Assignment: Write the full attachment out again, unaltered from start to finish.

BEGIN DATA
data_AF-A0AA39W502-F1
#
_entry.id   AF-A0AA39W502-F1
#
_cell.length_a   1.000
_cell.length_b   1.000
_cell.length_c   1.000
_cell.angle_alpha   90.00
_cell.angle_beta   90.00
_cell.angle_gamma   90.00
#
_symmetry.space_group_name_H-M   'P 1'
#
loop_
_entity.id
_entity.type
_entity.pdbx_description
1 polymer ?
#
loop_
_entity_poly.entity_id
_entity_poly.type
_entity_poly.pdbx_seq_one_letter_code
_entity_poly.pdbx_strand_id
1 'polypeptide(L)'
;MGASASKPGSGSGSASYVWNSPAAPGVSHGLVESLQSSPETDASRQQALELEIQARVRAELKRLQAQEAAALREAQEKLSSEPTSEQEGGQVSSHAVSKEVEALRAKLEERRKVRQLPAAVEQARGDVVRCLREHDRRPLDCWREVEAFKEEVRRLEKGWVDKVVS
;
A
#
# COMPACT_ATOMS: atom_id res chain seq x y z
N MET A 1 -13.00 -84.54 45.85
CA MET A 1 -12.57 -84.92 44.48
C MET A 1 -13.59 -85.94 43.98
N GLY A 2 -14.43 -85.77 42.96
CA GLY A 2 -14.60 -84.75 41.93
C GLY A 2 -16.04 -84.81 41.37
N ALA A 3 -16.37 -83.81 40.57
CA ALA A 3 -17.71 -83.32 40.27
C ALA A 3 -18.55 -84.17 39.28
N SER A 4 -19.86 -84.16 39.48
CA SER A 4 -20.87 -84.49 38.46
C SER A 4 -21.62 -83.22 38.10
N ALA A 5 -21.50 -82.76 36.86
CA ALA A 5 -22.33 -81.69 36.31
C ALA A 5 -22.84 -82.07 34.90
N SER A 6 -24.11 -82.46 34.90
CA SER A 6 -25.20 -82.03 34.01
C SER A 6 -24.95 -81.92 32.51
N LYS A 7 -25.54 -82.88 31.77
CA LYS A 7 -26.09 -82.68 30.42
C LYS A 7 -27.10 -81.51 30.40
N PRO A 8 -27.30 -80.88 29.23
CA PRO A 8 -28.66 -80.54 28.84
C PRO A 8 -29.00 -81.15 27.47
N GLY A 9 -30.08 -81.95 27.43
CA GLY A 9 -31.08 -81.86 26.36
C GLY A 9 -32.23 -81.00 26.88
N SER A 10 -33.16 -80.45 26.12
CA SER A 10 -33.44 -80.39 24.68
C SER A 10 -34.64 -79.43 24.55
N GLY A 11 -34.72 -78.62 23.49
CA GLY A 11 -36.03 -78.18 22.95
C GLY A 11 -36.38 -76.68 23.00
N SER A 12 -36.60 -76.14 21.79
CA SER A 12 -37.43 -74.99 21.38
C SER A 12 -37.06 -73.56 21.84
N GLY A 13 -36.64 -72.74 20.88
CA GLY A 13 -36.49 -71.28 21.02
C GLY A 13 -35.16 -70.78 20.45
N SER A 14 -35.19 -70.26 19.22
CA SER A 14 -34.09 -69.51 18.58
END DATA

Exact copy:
data_AF-A0AA39W502-F1
#
_entry.id   AF-A0AA39W502-F1
#
_cell.length_a   1.000
_cell.length_b   1.000
_cell.length_c   1.000
_cell.angle_alpha   90.00
_cell.angle_beta   90.00
_cell.angle_gamma   90.00
#
_symmetry.space_group_name_H-M   'P 1'
#
loop_
_entity.id
_entity.type
_entity.pdbx_description
1 polymer ?
#
loop_
_entity_poly.entity_id
_entity_poly.type
_entity_poly.pdbx_seq_one_letter_code
_entity_poly.pdbx_strand_id
1 'polypeptide(L)'
;MGASASKPGSGSGSASYVWNSPAAPGVSHGLVESLQSSPETDASRQQALELEIQARVRAELKRLQAQEAAALREAQEKLSSEPTSEQEGGQVSSHAVSKEVEALRAKLEERRKVRQLPAAVEQARGDVVRCLREHDRRPLDCWREVEAFKEEVRRLEKGWVDKVVS
;
A
#
# COMPACT_ATOMS: atom_id res chain seq x y z
N MET A 1 -13.00 -84.54 45.85
CA MET A 1 -12.57 -84.92 44.48
C MET A 1 -13.59 -85.94 43.98
N GLY A 2 -14.43 -85.77 42.96
CA GLY A 2 -14.60 -84.75 41.93
C GLY A 2 -16.04 -84.81 41.37
N ALA A 3 -16.37 -83.81 40.57
CA ALA A 3 -17.71 -83.32 40.27
C ALA A 3 -18.55 -84.17 39.28
N SER A 4 -19.86 -84.16 39.48
CA SER A 4 -20.87 -84.49 38.46
C SER A 4 -21.62 -83.22 38.10
N ALA A 5 -21.50 -82.76 36.86
CA ALA A 5 -22.33 -81.69 36.31
C ALA A 5 -22.84 -82.07 34.90
N SER A 6 -24.11 -82.46 34.90
CA SER A 6 -25.20 -82.03 34.01
C SER A 6 -24.95 -81.92 32.51
N LYS A 7 -25.54 -82.88 31.77
CA LYS A 7 -26.09 -82.68 30.42
C LYS A 7 -27.10 -81.51 30.40
N PRO A 8 -27.30 -80.88 29.23
CA PRO A 8 -28.66 -80.54 28.84
C PRO A 8 -29.00 -81.15 27.47
N GLY A 9 -30.08 -81.95 27.43
CA GLY A 9 -31.08 -81.86 26.36
C GLY A 9 -32.23 -81.00 26.88
N SER A 10 -33.16 -80.45 26.12
CA SER A 10 -33.44 -80.39 24.68
C SER A 10 -34.64 -79.43 24.55
N GLY A 11 -34.72 -78.62 23.49
CA GLY A 11 -36.03 -78.18 22.95
C GLY A 11 -36.38 -76.68 23.00
N SER A 12 -36.60 -76.14 21.79
CA SER A 12 -37.43 -74.99 21.38
C SER A 12 -37.06 -73.56 21.84
N GLY A 13 -36.64 -72.74 20.88
CA GLY A 13 -36.49 -71.28 21.02
C GLY A 13 -35.16 -70.78 20.45
N SER A 14 -35.19 -70.26 19.22
CA SER A 14 -34.09 -69.51 18.58